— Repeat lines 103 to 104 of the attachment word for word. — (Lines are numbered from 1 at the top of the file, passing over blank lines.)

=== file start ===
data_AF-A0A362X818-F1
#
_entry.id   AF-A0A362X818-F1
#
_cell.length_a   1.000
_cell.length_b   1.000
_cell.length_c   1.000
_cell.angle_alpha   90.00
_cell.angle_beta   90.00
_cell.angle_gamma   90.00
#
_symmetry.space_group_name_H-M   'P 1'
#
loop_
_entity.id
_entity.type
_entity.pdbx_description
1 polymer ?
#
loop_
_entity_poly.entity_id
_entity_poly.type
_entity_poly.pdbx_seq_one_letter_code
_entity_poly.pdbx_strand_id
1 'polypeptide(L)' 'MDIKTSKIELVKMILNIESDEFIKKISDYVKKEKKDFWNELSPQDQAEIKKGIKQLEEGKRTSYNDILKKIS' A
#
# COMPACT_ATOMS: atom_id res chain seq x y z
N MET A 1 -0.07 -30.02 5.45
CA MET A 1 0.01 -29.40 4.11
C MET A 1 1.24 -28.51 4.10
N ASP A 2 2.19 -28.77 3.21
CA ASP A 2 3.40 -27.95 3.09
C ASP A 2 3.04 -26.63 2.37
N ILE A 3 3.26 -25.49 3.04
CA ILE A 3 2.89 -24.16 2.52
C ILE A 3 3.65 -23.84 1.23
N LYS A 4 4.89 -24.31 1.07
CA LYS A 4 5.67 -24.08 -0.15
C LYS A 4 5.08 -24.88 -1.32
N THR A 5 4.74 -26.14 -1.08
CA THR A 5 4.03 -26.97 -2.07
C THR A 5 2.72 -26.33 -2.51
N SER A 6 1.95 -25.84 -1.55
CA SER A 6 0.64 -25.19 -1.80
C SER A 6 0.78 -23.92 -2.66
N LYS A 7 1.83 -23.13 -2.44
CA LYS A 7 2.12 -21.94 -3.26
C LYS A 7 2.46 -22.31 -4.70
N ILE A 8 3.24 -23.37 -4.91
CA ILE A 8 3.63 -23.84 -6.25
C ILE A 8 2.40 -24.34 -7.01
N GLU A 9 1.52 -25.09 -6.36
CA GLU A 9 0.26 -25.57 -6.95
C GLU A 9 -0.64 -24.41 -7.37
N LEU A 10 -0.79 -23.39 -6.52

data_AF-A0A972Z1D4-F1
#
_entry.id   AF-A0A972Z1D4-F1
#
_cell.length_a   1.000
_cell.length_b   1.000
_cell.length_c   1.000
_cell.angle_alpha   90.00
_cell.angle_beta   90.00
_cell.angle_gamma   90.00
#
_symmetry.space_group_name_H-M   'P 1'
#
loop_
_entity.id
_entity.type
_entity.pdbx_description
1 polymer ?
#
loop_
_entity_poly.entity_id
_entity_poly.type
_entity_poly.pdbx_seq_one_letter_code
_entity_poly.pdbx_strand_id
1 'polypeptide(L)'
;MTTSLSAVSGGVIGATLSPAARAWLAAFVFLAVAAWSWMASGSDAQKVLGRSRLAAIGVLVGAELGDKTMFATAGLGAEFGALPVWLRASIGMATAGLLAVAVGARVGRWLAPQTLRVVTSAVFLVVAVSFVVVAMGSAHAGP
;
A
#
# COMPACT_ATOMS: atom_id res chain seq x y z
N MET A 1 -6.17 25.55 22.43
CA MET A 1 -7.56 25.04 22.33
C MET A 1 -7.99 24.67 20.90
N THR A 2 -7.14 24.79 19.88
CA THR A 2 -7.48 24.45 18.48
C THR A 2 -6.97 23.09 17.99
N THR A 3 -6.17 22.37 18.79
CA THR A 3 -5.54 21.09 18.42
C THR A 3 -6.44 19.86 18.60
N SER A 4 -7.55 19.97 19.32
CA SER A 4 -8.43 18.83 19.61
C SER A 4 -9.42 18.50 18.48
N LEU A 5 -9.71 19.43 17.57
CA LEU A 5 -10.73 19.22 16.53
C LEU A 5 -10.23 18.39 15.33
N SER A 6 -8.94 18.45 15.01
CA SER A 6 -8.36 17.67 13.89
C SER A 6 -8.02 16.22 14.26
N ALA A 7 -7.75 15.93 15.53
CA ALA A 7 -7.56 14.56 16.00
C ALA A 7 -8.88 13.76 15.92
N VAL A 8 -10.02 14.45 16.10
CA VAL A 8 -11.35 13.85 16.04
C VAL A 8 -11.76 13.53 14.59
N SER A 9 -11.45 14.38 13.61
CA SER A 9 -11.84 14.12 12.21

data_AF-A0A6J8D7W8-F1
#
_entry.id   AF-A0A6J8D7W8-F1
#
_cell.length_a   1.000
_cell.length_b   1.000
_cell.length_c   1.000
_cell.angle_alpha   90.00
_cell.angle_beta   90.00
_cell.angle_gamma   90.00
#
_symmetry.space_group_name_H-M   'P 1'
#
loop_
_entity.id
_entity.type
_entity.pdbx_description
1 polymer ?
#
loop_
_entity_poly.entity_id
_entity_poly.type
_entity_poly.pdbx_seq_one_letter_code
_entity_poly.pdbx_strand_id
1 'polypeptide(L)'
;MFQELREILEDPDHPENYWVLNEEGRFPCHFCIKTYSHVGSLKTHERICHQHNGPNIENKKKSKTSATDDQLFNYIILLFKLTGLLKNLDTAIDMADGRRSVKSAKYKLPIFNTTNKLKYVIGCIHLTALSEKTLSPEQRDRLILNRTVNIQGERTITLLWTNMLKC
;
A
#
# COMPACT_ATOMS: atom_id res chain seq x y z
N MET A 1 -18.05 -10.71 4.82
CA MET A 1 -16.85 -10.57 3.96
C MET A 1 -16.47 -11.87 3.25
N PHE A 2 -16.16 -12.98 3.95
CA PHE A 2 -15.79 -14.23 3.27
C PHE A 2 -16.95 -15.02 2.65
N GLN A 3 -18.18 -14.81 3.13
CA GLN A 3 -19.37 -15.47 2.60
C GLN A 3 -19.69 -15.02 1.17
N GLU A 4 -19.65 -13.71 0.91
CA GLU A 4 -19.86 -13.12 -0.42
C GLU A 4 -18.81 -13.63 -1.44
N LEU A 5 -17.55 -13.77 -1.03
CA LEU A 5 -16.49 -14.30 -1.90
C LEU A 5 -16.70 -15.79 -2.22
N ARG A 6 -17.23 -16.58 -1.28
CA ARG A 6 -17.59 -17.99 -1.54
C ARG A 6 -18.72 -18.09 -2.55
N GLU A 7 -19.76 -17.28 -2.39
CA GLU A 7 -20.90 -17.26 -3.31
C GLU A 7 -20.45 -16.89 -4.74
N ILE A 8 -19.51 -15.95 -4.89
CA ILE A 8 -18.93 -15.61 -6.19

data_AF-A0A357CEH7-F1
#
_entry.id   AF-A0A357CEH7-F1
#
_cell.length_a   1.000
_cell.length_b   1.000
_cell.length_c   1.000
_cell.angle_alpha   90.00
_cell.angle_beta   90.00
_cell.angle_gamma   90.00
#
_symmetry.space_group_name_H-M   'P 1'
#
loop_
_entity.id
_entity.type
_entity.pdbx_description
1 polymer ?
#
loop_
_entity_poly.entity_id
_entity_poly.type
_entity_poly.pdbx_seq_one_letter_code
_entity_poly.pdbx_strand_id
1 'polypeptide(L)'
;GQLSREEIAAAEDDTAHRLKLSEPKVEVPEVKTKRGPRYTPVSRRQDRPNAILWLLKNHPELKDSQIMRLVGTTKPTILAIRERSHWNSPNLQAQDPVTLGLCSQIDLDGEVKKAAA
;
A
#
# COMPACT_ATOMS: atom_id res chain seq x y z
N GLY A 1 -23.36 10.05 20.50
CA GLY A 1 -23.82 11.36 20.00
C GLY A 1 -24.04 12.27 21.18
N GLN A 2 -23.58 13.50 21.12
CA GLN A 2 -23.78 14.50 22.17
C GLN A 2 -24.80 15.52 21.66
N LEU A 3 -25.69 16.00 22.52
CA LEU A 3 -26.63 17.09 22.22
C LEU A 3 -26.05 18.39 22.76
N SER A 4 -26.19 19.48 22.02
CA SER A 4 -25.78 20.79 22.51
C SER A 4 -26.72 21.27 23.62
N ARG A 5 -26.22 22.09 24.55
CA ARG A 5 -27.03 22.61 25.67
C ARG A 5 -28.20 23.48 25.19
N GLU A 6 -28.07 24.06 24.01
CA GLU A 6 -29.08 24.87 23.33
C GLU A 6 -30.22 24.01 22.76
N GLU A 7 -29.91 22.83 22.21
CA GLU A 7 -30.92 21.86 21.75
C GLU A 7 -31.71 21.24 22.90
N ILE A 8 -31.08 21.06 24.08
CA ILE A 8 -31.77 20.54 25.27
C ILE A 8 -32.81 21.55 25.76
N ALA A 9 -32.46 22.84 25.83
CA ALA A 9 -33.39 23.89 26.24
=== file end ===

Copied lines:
C SER A 6 -8.02 16.22 14.26
N ALA A 7 -7.75 15.93 15.53